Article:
ah Vic - I just took them out of the report - but yes very funny they are to the cent. I will be going back to Mr Thermo if they are a cent out...ha ha.

@ Mike - they claim up to 90% efficiency on the KWL EC 500 Pro.

We intend to insulate the pipework and are running all pipes in purpose built 'gaine technique's' which will also be insulated with chaux chanvre.

re: hole - yes many people were shocked when we filled the whole back in again...that came after the initial shock of us wiping the whole garden was a jungle before. We may have a pool in the future but that will be long after the PVs are on the roof...(pop up paddling pool is looking like a pretty good option though)

@ Michael Blackmore - just to clarify - we're not putting in a GSHP - it's a canadien well. From my proposed figures the cost for running the whole ventilation system is only expected to be 112 euro a year for both the Double Flux and the Puit Canadien. There is no large GSHP unit which I recall from the quotes I had received was quite a hefty price was for this reason we decided to go for the Wood Gasification boiler (to give us the heating for the UFH system) and the Puit Canadien which would give us some comfort cooling (not air conditioning) in Summer and free heating mid season.

I suspect we probably won't need to use the wood gasification boiler as much as we think we will but it depends on the year...this year was mild and we had central heating in the gite from Nov to April. I could have done with a woodburner in there too on the coldest days as sometimes it was a bit too nippy for my liking. Now however I would be grateful for air con...though we are very hopeful that the PC will give us just enough of a drop to make sleeping comfortable on nights when there is no breeze.

We shall see!

ok folks I will try to answer some of the questions as best I can - but please be kind as I'm not an engineer (the engineer in the family sadly passed away last year).

Firstly, just to clarify we don't have village gas so that is not an option for us. Currently the house has 3 open fireplaces and electric radiators which are not up to current standards by a long way (as is the wiring). The house had a fire and is a eco-label G for the purposes of the energy rating. After our renovation it will be an A.

We will be installing a wood gasification boiler - using 50cm buches - not pellets - the cost of pellet boilers is too high for the convenience benefit in our opinion and looks like its 4 x the cost of a wood gasification boiler.

Solarbayer Wood Gasification Boilers

For the Canadien Well:

length of piping is 200m - this will be filled with eau mono éthylène-glycol. That is to heat/cool approx 400m3 air. Fonctionnement hiver - puissance totale échangée: 1,25 kW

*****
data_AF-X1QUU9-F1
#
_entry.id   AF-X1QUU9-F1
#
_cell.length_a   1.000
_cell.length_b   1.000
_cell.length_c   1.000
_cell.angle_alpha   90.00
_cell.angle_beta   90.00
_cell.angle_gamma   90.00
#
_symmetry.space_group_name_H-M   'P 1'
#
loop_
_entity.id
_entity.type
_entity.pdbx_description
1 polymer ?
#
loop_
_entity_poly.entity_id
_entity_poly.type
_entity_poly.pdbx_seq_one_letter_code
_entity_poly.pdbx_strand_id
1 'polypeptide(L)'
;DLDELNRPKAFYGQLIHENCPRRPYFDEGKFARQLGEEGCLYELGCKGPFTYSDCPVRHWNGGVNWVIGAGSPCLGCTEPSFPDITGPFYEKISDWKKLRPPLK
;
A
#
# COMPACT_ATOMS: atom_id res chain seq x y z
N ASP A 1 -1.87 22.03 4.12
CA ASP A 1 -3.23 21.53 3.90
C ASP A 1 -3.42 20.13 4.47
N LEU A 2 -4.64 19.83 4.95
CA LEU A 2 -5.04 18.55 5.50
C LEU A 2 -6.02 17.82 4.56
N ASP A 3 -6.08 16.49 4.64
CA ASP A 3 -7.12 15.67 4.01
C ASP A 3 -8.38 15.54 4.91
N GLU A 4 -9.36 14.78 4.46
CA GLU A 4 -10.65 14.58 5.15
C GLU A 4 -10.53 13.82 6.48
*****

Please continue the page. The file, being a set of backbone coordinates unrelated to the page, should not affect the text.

Régime eau: 8/6,6°C, débit 750 l/h, DP = 10,5 kPa
T air entrée / sortie: -7°C (HR 90%) / 1,4°C, débit 400 m3/h
Fonctionnement été - puissance totale échangée: 2,3 kW
Régime eau: 12/14,5°C, débit 750 l/h, DP = 9,9 kPa
T air entrée / sortie: 32°C (HR 40%) / 18,3°C, débit 400 m3/h

If you did the digging out yourself you'd save a fair chunk of the installation cost - I'm not very good at driving diggers so I left that to the experts but many self builders do it themselves.

To quote from the thermal study we've had done which includes all the energy efficiency we are putting in here are the proposed future running costs:

Heating 491,49€ per year

Hot water (using solar thermal system) 33,94€ per year

Ventiliaton/circulation of air from double flux/pc 112,65€ per year

Total costs of running the house: 1190€ of which heating, cooling and hot water is predicted to be 511€/an. Obviously it will be a few years before we can validate this. The cost for running the new house should be 3,4 €/m².an.

Our last house also stone in same village was 130m2 with wall and roof insulation, double glazing, air to air PAC/clime, woodburner, electric radiators (only used when really cold in bedrooms in Dec to Feb) and based on 2 adults and 1 child our electricity was around 1800 euro per year and our wood around 400 per year which is approx 17€/m².an

I roughly forecast therefore that the heating, hot water and general energy usage would be in our new house 2 times that of our previous house (we now have 3 girls...that's at least 5 showers a day) so I am reckoning our bill would have increased to around 4000 euro a year if we'd had the same set up. A scary number.

The installation costs for all the energy/heating/insulation/windows on the old house were around 300 euro per m2. The installation costs for the energy/heating/insulation/windows on the new house are around 400 euro per m2. So yes being more eco friendly is more expensive on the initial installation however the ongoing running costs are lower and it is the ongoing costs which we are focusing on with the house intended as a lifetime home. I am intending to take advantage of the credit impots for the work and it's all being done by qualified French registered installers. I am also looking into the eco-pret taux zero (30,000 euro) for a bundle of work to fund the renovation. We could do the renovation cheaper by not investing in this type of technology and most most people would not have gone down our route. We are spending a lot on the project initally (at the expense of finishing the house cosmetically) with the intention that the savings will come from lower running costs in the future and somehow we'll always find the means of finishing off the bedroom floor in the way or another.